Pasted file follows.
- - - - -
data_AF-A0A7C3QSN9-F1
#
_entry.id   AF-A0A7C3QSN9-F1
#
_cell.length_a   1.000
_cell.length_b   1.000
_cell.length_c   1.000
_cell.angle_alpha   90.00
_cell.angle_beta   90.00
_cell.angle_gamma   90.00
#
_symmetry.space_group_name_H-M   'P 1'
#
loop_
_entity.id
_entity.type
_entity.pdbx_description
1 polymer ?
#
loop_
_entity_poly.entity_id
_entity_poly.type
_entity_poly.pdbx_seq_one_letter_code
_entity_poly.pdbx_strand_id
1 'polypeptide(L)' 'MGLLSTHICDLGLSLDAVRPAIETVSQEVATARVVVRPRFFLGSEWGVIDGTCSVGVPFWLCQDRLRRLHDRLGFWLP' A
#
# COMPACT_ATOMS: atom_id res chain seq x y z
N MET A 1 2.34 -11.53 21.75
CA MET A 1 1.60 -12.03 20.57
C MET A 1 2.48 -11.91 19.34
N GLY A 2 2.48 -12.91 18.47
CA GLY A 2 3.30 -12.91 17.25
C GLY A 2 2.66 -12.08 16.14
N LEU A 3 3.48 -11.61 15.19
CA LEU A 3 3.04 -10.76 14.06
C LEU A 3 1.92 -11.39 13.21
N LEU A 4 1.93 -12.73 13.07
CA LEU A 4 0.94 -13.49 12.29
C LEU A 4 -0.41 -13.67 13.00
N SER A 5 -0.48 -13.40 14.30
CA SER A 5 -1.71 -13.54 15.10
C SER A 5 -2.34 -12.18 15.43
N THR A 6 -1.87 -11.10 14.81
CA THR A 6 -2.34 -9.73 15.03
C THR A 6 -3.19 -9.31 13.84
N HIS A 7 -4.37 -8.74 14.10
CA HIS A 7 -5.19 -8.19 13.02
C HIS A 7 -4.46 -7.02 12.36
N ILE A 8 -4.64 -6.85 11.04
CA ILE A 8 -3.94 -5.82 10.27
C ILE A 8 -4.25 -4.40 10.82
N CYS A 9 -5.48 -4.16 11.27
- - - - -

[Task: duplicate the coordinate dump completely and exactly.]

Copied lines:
data_AF-A0A7C3QSN9-F1
#
_entry.id   AF-A0A7C3QSN9-F1
#
_cell.length_a   1.000
_cell.length_b   1.000
_cell.length_c   1.000
_cell.angle_alpha   90.00
_cell.angle_beta   90.00
_cell.angle_gamma   90.00
#
_symmetry.space_group_name_H-M   'P 1'
#
loop_
_entity.id
_entity.type
_entity.pdbx_description
1 polymer ?
#
loop_
_entity_poly.entity_id
_entity_poly.type
_entity_poly.pdbx_seq_one_letter_code
_entity_poly.pdbx_strand_id
1 'polypeptide(L)' 'MGLLSTHICDLGLSLDAVRPAIETVSQEVATARVVVRPRFFLGSEWGVIDGTCSVGVPFWLCQDRLRRLHDRLGFWLP' A
#
# COMPACT_ATOMS: atom_id res chain seq x y z
N MET A 1 2.34 -11.53 21.75
CA MET A 1 1.60 -12.03 20.57
C MET A 1 2.48 -11.91 19.34
N GLY A 2 2.48 -12.91 18.47
CA GLY A 2 3.30 -12.91 17.25
C GLY A 2 2.66 -12.08 16.14
N LEU A 3 3.48 -11.61 15.19
CA LEU A 3 3.04 -10.76 14.06
C LEU A 3 1.92 -11.39 13.21
N LEU A 4 1.93 -12.73 13.07
CA LEU A 4 0.94 -13.49 12.29
C LEU A 4 -0.41 -13.67 13.00
N SER A 5 -0.48 -13.40 14.30
CA SER A 5 -1.71 -13.54 15.10
C SER A 5 -2.34 -12.18 15.43
N THR A 6 -1.87 -11.10 14.81
CA THR A 6 -2.34 -9.73 15.03
C THR A 6 -3.19 -9.31 13.84
N HIS A 7 -4.37 -8.74 14.10
CA HIS A 7 -5.19 -8.19 13.02
C HIS A 7 -4.46 -7.02 12.36
N ILE A 8 -4.64 -6.85 11.04
CA ILE A 8 -3.94 -5.82 10.27
C ILE A 8 -4.25 -4.40 10.82
N CYS A 9 -5.48 -4.16 11.27